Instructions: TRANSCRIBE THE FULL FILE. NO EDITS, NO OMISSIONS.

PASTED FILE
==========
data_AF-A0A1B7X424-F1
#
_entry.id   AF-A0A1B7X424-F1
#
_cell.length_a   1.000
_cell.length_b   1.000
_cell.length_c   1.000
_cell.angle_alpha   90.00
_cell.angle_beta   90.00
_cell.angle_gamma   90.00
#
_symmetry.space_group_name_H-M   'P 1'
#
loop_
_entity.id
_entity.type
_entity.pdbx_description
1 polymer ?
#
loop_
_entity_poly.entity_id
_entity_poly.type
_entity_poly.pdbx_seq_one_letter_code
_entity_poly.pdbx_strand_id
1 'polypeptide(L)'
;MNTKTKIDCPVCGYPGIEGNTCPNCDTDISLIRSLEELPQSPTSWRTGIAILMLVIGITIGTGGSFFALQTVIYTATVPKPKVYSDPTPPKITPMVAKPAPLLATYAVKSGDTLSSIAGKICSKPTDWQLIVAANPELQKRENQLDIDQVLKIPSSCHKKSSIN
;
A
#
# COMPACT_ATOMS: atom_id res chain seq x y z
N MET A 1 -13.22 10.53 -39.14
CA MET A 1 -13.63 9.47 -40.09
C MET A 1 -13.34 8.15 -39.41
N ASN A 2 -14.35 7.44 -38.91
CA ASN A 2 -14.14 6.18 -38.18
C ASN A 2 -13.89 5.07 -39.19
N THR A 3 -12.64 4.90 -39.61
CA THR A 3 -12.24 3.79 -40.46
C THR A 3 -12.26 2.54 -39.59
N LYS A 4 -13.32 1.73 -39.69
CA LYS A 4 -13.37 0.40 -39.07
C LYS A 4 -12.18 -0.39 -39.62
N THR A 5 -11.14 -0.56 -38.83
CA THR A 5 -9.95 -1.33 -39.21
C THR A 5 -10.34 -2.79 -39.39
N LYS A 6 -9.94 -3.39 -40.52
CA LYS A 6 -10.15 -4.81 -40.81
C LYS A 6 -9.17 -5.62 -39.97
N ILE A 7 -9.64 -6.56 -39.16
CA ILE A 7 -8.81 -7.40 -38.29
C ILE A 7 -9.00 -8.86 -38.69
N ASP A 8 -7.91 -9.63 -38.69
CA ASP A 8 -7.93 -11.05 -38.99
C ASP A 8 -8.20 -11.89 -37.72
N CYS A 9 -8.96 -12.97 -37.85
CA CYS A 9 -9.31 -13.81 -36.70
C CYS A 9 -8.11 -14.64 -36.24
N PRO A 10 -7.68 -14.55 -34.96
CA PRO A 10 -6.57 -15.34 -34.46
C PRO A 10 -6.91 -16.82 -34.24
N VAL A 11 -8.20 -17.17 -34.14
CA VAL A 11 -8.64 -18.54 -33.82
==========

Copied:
data_AF-A0A1B7X424-F1
#
_entry.id   AF-A0A1B7X424-F1
#
_cell.length_a   1.000
_cell.length_b   1.000
_cell.length_c   1.000
_cell.angle_alpha   90.00
_cell.angle_beta   90.00
_cell.angle_gamma   90.00
#
_symmetry.space_group_name_H-M   'P 1'
#
loop_
_entity.id
_entity.type
_entity.pdbx_description
1 polymer ?
#
loop_
_entity_poly.entity_id
_entity_poly.type
_entity_poly.pdbx_seq_one_letter_code
_entity_poly.pdbx_strand_id
1 'polypeptide(L)'
;MNTKTKIDCPVCGYPGIEGNTCPNCDTDISLIRSLEELPQSPTSWRTGIAILMLVIGITIGTGGSFFALQTVIYTATVPKPKVYSDPTPPKITPMVAKPAPLLATYAVKSGDTLSSIAGKICSKPTDWQLIVAANPELQKRENQLDIDQVLKIPSSCHKKSSIN
;
A
#
# COMPACT_ATOMS: atom_id res chain seq x y z
N MET A 1 -13.22 10.53 -39.14
CA MET A 1 -13.63 9.47 -40.09
C MET A 1 -13.34 8.15 -39.41
N ASN A 2 -14.35 7.44 -38.91
CA ASN A 2 -14.14 6.18 -38.18
C ASN A 2 -13.89 5.07 -39.19
N THR A 3 -12.64 4.90 -39.61
CA THR A 3 -12.24 3.79 -40.46
C THR A 3 -12.26 2.54 -39.59
N LYS A 4 -13.32 1.73 -39.69
CA LYS A 4 -13.37 0.40 -39.07
C LYS A 4 -12.18 -0.39 -39.62
N THR A 5 -11.14 -0.56 -38.83
CA THR A 5 -9.95 -1.33 -39.21
C THR A 5 -10.34 -2.79 -39.39
N LYS A 6 -9.94 -3.39 -40.52
CA LYS A 6 -10.15 -4.81 -40.81
C LYS A 6 -9.17 -5.62 -39.97
N ILE A 7 -9.64 -6.56 -39.16
CA ILE A 7 -8.81 -7.40 -38.29
C ILE A 7 -9.00 -8.86 -38.69
N ASP A 8 -7.91 -9.63 -38.69
CA ASP A 8 -7.93 -11.05 -38.99
C ASP A 8 -8.20 -11.89 -37.72
N CYS A 9 -8.96 -12.97 -37.85
CA CYS A 9 -9.31 -13.81 -36.70
C CYS A 9 -8.11 -14.64 -36.24
N PRO A 10 -7.68 -14.55 -34.96
CA PRO A 10 -6.57 -15.34 -34.46
C PRO A 10 -6.91 -16.82 -34.24
N VAL A 11 -8.20 -17.17 -34.14
CA VAL A 11 -8.64 -18.54 -33.82